CentOS 7 Initial Setup Introduction
Every server needs to be secured, so there are a few basic steps you should take as soon as you spin up a new VPS. This guide will help you secure your with some general tips for CentOS 7 initial setup.
Step One – Root Login
You’ll need the following to login to your VPS.
- Public IP Address
- The “root” password
These can be found in your Welcome Email sent to you when you set up your VPS.
If you aren’t already connected, use the following in your CLI client to connect, replacing the text in red with your the pubic IP for your VPS.
ssh [email protected]SERVER_IP_ADDRESS
You may receive a warning about the host authenticity is unable to be verified, simply follow the prompt to continue connecting and type in your root password to finish logging into your VPS.
The root user is the equivalent of the Windows administrator account. Because of the additional access this account has to the system, it is not recommended to use this as your primary account for connecting or performing tasks on the VPS. It is extremely easy to cause issues with your OS by entering the wrong command or changing something as the root user.
Below we’ll show you how to setup a user you can use and grant root priveleges as needed rather than using root at all times.
Step Two – Create a New User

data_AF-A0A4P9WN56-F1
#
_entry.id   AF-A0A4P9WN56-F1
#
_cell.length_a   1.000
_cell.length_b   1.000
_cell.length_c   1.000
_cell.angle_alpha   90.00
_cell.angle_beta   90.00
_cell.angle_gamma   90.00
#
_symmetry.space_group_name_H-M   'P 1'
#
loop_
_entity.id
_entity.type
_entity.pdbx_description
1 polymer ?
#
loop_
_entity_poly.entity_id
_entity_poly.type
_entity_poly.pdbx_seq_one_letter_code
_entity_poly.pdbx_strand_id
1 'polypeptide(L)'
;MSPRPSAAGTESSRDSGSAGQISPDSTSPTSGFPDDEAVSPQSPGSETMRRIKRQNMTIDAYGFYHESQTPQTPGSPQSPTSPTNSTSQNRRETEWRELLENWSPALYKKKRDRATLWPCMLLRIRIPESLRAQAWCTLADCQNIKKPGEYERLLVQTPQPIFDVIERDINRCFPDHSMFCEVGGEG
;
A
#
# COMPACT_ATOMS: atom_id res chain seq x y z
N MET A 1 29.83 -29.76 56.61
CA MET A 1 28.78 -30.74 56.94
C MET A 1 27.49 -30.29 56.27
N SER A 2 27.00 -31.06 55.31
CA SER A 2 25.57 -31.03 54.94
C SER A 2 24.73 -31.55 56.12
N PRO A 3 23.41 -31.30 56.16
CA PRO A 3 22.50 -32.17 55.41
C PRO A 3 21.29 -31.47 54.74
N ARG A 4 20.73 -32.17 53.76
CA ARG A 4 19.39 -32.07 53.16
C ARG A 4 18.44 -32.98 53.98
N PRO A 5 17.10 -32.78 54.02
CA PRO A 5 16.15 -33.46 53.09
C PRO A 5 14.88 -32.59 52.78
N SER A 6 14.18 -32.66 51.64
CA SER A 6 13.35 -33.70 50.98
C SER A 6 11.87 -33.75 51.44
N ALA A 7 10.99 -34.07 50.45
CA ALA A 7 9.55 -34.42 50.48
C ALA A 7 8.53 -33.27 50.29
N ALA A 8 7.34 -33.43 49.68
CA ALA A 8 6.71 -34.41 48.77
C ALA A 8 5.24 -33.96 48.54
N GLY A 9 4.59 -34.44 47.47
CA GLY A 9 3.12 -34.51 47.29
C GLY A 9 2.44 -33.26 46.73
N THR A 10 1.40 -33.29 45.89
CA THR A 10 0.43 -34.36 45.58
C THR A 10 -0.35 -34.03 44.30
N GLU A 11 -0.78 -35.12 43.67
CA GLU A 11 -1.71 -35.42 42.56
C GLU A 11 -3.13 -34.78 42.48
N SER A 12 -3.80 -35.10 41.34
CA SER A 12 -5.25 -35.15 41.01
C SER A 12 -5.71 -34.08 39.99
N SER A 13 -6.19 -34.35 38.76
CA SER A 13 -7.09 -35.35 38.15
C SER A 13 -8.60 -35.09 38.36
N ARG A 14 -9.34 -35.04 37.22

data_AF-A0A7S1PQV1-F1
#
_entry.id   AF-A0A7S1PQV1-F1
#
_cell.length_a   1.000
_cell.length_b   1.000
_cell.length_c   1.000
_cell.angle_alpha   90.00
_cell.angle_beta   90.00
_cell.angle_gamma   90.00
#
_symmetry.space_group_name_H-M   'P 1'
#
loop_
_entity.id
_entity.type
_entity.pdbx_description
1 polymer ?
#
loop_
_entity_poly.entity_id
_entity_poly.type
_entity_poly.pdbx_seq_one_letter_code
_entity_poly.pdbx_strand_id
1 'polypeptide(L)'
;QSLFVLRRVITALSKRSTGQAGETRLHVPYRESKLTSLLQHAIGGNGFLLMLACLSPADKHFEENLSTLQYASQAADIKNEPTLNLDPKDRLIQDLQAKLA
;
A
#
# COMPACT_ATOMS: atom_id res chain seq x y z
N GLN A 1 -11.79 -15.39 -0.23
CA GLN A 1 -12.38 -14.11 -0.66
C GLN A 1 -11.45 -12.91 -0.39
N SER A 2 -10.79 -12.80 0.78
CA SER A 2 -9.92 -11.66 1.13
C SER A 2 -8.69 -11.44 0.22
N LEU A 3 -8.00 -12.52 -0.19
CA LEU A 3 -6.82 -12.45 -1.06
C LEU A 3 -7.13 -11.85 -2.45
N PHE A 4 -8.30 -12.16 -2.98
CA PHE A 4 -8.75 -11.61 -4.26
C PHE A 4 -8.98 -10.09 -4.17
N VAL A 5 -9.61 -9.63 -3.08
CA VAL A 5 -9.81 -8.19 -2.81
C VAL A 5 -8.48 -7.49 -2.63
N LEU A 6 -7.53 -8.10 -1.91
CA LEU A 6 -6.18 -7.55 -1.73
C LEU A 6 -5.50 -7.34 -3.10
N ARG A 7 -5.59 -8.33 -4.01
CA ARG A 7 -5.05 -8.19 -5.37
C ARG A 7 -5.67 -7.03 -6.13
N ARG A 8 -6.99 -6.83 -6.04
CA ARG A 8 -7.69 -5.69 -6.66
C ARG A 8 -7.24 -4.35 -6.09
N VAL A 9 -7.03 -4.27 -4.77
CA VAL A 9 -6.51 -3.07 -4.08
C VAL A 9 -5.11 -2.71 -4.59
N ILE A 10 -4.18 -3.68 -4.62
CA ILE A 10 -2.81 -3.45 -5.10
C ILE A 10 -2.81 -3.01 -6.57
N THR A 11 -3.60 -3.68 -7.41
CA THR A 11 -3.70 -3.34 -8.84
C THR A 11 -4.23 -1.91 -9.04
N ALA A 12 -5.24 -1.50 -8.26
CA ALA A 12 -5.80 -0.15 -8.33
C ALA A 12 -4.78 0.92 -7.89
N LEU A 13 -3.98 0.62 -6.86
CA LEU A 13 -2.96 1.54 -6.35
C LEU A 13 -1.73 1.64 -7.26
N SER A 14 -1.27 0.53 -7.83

While logged in as the root user, run the following command to create a new user. Make sure to replace the text in red with the name of the user you want to use.
Next, you need to give the user you created a password. Run the following command, again making sure to replace the text in red with the name of the user you just created. Then follow the prompts to finish setting up the new user account.
Step Three – Granting Root Access To Your New User
The new user currently has no root access. Here is where we’ll give it root access, so that if needed you can run things with the priveledge of the root account. Since this is CentOS 7, what we are going to do is add the new user to the “wheel” group. Every version of linux has a group like this, and “wheel” is the group for CentOS 7.
Any account that is part of the “wheel” group of users is able to run commands as root without the need to sign into the root account simply by starting a command with “sudo”. Think of it like giving Administrator access to an account in Windows.
Adding the User to “wheel”
While logged in as root, run the command below to add the user you created to the “wheel” group. As always, make sure you change the red text to the name of the user you created.
gpasswd -a username wheel
And that should be it! Your intial setup is complete! From here we recommend also configuring your firewall of choice as well as setting up SSH key authentication. Guides on how to do this are coming soon if you need them, so check back shortly for those!